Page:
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Thiazides in the management of hypertension in older adults – a systematic review

  • Christina Sommerauer1Email author,
  • Neha Kaushik2,
  • Adrine Woodham2,
  • Anna Renom-Guiteras1, 3,
  • Yolanda V Martinez4,
  • David Reeves4,
  • Ilkka Kunnamo5,
  • Thekraiat Al Qur‵an1, 6,
  • Steffen Hübner1 and
  • Andreas Sönnichsen1
BMC GeriatricsBMC series – open, inclusive and trusted201717(Suppl 1):228

https://doi.org/10.1186/s12877-017-0576-3

Published: 16 October 2017

Abstract

Background

Thiazides are commonly prescribed to older people for the management of hypertension. The objective of this study was to identify the evidence on the risks and benefits of their use among adults aged ≥65 years and to develop recommendations to reduce potentially inappropriate use.

Methods

Systematic review (SR) of the literature covering six databases. We applied a staged search approach, where each search was undertaken only if the previous one did not yield high quality results. Searches 1 and 2 identified relevant SRs and meta-analyses published up to December 2015 from all databases. Search 3 identified additional individual interventional studies (IS) and observational studies (OS) not identified by the preceding searches. We included all studies evaluating the effect of thiazides on patient-relevant outcomes in the management of hypertension with a sufficient number of participants aged ≥65 years or a subgroup analysis based on age. Two independent reviewers extracted data and carried out quality appraisal. Recommendations were developed using the GRADE methodology.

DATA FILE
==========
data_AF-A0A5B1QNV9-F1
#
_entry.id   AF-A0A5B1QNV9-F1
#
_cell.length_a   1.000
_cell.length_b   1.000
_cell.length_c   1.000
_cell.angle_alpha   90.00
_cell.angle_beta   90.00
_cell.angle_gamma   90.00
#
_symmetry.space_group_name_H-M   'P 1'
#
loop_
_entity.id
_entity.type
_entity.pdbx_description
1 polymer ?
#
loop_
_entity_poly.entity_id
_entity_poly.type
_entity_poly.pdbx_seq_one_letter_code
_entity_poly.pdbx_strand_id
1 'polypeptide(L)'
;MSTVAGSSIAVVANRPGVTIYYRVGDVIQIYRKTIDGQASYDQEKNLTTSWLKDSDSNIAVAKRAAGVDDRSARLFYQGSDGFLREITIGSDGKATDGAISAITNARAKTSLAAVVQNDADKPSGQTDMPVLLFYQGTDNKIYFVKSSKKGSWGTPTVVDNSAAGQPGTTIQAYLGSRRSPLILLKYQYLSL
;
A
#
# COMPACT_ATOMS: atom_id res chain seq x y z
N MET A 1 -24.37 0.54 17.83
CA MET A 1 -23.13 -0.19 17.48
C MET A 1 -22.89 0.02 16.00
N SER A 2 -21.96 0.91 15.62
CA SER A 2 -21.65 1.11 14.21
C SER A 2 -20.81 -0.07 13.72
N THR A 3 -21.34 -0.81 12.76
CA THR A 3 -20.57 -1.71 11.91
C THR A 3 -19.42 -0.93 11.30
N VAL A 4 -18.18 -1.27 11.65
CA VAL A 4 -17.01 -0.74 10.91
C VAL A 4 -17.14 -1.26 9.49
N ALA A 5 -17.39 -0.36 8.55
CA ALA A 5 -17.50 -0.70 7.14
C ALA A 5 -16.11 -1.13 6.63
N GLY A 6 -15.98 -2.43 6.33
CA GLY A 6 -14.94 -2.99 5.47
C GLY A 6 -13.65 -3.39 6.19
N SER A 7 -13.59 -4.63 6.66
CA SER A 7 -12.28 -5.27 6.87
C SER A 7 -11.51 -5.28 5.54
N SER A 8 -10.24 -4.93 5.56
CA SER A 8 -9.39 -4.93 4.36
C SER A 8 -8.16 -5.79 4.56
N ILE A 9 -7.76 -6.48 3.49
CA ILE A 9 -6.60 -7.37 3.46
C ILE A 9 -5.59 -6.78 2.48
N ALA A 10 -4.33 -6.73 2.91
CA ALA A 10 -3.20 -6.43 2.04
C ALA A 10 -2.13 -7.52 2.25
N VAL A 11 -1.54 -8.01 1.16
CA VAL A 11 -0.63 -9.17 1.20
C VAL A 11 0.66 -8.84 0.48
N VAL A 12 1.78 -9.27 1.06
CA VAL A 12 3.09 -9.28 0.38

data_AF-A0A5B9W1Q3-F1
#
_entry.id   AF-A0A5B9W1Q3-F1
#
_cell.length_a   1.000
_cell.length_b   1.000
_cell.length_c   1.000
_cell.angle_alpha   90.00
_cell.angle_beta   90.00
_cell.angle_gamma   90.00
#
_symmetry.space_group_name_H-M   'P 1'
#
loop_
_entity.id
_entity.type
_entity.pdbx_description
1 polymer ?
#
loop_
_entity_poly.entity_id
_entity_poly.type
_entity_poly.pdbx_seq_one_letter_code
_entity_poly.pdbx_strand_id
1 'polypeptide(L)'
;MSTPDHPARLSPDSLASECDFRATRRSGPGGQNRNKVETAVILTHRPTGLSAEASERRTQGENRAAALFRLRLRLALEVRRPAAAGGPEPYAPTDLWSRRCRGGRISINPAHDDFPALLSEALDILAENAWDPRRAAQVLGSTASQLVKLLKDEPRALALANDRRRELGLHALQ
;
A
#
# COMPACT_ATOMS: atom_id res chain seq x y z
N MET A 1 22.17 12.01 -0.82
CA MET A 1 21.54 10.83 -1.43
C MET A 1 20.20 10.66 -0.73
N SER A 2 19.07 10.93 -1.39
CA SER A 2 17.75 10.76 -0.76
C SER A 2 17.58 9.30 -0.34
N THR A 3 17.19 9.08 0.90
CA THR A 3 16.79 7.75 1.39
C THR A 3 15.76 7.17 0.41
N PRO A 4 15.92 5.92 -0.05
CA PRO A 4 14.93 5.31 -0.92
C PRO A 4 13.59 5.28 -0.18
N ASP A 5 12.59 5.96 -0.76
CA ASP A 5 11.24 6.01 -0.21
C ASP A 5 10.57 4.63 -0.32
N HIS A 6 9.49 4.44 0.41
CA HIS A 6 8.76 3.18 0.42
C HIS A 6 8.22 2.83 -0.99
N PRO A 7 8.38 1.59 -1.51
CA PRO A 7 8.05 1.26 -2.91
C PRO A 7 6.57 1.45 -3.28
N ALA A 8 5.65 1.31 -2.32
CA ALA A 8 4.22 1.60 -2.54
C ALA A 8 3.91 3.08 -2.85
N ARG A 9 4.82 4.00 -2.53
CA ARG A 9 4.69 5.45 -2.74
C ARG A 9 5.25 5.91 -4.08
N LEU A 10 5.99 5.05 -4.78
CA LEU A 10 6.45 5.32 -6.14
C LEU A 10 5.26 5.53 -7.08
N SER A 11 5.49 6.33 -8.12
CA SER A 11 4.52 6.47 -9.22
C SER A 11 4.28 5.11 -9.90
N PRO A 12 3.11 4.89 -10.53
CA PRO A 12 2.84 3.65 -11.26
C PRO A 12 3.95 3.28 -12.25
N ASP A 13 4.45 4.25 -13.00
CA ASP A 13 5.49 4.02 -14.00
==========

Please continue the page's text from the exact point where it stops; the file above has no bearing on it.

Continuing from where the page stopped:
Results

Searches 1 to 3 were performed. We included 34 articles reporting on 12 IS and 4 OS. Mean ages ranged from 59 to 83.8 years. Four studies had performed a subgroup analysis by age. Information on comorbidity, polypharmacy and frailty of the participants was scarce or not available. The IS compared thiazides to placebo or other antihypertensive drugs and evaluated cardiovascular endpoints or all-cause-mortality as primary outcomes. The OS investigated the association between thiazide use and the risk of gout, fractures and adverse effects. Our results suggest that thiazides are efficacious in preventing cardiovascular events for this population group. Low-dose regimens of thiazides may be safer than high-dose (low quality of evidence), and a history of gout may increase the risk of adverse events (low quality of evidence). Three recommendations were developed.

Conclusions

The use of low dose treatment with thiazides for the management of hypertension in adults aged 65 and older seems justified, unless a history of gout is present. The quality of the evidence is low and studies rarely describe characteristics of the participants such as polypharmacy and frailty. Further good quality studies are needed.